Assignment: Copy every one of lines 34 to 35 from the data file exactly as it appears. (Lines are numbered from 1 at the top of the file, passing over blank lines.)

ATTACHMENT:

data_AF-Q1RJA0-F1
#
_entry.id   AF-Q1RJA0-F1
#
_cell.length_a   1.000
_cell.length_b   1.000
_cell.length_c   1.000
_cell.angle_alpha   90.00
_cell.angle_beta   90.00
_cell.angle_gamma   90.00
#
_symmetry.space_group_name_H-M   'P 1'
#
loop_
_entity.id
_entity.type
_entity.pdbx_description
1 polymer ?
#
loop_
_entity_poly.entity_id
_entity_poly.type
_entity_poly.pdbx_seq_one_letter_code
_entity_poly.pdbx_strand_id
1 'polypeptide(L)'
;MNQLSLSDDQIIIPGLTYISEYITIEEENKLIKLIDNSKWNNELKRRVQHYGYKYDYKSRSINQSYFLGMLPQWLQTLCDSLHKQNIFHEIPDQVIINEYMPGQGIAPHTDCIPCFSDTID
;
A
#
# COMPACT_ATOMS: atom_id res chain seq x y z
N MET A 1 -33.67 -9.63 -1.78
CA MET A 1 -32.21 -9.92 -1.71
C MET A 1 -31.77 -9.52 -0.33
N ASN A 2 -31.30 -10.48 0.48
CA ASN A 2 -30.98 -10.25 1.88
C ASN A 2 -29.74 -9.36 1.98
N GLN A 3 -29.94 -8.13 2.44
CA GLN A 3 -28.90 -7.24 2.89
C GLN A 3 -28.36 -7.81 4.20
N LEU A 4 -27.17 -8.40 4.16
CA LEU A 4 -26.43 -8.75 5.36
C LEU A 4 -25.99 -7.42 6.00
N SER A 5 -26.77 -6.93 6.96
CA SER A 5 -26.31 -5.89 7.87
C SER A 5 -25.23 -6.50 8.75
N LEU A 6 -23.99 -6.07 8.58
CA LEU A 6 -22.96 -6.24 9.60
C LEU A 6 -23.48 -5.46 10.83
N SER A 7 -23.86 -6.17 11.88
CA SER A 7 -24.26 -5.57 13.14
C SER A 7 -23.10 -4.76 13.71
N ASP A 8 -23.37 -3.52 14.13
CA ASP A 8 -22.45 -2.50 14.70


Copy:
N ASN A 2 -31.30 -10.48 0.48
CA ASN A 2 -30.98 -10.25 1.88